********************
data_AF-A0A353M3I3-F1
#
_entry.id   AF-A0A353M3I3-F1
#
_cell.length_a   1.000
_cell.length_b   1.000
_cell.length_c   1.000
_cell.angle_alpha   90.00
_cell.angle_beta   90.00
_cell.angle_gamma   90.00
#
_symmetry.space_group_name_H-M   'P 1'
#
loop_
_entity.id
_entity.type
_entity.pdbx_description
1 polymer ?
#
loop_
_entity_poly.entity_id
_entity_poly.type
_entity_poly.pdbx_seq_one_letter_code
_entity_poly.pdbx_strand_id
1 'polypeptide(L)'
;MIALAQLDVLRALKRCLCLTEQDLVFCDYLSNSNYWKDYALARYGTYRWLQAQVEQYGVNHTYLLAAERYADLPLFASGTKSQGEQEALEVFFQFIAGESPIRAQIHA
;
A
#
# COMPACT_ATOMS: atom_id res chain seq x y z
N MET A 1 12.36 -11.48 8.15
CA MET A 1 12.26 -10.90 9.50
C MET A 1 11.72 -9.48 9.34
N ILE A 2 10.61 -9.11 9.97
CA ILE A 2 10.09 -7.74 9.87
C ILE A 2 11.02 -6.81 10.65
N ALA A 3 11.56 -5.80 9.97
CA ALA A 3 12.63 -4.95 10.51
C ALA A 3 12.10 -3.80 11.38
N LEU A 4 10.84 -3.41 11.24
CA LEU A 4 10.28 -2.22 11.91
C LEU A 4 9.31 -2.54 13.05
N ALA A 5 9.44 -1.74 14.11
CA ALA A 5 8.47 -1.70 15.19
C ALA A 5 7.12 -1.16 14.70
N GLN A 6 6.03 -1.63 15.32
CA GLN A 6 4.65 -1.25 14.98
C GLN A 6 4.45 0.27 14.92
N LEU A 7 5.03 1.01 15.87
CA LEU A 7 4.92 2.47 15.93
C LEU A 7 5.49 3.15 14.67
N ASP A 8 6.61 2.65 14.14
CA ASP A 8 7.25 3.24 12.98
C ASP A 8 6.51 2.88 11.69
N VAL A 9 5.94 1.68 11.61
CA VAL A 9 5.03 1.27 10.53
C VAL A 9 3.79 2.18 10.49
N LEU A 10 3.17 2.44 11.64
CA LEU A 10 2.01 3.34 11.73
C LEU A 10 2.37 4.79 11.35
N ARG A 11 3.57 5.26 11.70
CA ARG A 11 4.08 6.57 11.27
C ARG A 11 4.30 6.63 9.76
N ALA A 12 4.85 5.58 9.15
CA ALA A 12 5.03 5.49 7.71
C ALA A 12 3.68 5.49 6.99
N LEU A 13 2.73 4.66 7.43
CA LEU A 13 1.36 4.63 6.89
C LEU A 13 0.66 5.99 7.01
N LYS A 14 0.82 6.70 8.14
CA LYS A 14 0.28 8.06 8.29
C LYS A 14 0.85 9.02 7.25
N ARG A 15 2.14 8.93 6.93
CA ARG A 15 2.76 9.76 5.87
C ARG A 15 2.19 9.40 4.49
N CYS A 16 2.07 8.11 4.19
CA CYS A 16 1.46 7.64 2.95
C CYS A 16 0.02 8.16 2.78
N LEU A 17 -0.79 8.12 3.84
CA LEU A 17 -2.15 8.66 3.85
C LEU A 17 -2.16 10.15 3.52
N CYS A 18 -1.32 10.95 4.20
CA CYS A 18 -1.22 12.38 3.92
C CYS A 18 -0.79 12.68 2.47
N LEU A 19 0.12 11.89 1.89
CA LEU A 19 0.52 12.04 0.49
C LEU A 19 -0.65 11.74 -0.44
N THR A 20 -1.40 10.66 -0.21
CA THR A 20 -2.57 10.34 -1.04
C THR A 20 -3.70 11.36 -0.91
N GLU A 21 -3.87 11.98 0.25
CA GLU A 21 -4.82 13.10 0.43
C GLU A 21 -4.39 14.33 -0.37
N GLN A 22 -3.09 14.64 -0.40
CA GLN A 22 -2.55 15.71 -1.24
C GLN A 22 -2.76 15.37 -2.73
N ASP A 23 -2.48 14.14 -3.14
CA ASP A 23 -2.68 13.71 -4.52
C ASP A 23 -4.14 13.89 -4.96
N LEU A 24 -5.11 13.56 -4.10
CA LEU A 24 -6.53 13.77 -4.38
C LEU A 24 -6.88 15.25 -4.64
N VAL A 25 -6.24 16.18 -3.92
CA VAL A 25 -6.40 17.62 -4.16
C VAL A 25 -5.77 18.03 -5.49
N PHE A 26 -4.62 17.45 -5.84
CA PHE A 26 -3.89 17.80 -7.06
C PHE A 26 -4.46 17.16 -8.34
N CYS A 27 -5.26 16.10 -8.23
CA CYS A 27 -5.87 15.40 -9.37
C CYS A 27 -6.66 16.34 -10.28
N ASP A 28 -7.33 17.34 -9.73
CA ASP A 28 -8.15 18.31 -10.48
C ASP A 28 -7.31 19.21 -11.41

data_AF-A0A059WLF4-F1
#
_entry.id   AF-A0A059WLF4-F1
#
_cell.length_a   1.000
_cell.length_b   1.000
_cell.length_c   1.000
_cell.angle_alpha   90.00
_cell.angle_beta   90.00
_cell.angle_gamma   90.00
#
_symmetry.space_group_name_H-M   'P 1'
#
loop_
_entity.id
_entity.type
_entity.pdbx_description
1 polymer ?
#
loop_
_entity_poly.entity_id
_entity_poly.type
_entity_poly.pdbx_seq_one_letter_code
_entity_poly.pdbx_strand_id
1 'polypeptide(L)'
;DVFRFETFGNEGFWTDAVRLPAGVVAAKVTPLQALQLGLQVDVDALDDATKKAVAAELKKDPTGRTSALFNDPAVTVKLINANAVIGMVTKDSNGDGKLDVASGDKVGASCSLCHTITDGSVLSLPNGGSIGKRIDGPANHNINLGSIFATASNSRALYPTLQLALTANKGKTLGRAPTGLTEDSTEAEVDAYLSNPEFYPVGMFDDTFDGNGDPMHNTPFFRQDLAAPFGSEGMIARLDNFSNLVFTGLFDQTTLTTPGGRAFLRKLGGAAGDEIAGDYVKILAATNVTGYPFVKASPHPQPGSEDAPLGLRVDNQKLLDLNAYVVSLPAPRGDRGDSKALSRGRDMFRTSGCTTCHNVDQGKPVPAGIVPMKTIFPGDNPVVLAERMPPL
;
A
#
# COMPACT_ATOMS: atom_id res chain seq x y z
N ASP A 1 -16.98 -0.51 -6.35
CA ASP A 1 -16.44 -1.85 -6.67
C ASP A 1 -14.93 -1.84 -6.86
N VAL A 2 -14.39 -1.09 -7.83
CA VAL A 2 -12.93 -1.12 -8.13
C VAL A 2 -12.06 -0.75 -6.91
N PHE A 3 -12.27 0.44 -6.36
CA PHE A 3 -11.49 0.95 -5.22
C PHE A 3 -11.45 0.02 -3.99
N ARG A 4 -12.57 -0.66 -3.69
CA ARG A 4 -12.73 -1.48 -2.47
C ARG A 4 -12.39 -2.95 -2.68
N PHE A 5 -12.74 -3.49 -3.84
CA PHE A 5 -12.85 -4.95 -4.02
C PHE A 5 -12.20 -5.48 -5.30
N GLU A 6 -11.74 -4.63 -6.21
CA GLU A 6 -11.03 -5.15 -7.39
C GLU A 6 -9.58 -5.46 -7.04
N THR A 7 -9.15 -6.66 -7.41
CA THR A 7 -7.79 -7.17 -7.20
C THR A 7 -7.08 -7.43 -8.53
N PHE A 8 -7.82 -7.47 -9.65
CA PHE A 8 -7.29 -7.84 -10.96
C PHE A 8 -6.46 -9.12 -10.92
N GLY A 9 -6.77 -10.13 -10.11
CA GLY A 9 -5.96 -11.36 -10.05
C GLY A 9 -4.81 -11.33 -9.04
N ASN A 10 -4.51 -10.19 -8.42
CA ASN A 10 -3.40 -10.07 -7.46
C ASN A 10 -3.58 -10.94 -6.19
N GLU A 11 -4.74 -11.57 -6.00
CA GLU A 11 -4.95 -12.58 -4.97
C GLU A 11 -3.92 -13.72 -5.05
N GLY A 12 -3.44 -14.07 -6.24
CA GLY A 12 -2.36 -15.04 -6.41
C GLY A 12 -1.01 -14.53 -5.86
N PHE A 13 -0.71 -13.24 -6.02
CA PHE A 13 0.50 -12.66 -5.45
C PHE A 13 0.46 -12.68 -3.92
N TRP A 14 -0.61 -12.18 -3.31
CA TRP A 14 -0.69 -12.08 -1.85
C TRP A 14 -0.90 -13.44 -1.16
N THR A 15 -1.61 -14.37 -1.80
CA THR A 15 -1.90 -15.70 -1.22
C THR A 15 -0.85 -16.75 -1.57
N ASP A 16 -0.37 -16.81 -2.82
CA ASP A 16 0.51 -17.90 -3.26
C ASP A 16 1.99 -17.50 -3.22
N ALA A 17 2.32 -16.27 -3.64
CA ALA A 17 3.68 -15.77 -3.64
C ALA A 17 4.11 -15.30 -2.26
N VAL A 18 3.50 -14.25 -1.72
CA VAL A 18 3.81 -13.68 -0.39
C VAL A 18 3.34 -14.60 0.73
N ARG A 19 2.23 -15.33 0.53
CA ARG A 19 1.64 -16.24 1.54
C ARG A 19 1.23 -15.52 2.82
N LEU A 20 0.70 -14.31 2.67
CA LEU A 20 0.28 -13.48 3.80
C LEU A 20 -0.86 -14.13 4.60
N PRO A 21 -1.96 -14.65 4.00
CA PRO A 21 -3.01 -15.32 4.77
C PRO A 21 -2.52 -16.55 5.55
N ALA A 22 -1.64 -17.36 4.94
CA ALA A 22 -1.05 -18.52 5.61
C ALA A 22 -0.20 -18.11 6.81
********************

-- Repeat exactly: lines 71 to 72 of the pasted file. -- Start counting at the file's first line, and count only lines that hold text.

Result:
CA LYS A 14 0.28 8.06 8.29
C LYS A 14 0.85 9.02 7.25